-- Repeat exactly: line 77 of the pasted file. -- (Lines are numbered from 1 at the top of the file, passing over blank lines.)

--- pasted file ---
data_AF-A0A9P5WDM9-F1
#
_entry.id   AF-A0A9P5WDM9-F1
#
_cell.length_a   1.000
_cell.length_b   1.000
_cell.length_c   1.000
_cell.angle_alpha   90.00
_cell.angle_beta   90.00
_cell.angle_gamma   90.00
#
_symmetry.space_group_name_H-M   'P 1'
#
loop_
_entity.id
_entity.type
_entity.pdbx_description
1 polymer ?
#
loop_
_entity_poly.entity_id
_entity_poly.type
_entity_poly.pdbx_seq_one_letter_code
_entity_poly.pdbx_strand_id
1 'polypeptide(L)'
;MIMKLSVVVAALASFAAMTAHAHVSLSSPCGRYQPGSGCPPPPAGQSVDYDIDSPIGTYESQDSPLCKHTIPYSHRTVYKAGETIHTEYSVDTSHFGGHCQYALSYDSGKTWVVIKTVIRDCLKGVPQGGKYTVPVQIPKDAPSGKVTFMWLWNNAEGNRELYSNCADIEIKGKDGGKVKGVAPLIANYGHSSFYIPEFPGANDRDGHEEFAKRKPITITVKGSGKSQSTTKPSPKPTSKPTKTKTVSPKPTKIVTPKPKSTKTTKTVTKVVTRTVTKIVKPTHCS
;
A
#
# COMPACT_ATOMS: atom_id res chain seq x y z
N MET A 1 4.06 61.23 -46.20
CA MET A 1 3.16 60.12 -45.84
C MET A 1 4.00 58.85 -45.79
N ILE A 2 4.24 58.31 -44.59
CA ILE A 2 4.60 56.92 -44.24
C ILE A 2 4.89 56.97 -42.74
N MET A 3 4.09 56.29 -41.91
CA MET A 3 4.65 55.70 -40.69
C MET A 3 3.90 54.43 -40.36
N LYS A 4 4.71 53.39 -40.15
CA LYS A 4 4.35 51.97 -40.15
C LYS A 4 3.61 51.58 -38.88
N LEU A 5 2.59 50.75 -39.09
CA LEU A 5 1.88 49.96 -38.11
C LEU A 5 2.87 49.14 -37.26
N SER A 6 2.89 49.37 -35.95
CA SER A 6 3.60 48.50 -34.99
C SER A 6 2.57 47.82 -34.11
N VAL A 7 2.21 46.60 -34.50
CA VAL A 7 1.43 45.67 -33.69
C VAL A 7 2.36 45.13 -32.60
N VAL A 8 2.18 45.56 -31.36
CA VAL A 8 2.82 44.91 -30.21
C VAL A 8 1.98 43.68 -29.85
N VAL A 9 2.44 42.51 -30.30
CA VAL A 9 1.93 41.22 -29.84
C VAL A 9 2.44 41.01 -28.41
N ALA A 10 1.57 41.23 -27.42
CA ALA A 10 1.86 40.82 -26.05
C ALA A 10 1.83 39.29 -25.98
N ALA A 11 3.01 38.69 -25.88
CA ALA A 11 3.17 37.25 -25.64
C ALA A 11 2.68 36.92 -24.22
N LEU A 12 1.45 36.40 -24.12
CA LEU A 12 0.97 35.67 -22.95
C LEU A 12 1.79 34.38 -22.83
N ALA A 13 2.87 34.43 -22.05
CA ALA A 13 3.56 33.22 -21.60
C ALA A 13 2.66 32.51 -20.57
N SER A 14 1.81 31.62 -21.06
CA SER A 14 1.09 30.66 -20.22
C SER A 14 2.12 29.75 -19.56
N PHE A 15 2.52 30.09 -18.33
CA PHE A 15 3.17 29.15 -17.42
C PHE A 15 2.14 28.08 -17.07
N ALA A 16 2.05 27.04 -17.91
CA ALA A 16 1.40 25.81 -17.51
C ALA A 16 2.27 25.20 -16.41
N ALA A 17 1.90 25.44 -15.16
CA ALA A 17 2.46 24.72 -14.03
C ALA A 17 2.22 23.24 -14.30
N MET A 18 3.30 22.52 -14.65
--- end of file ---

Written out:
CA ALA A 16 1.40 25.81 -17.51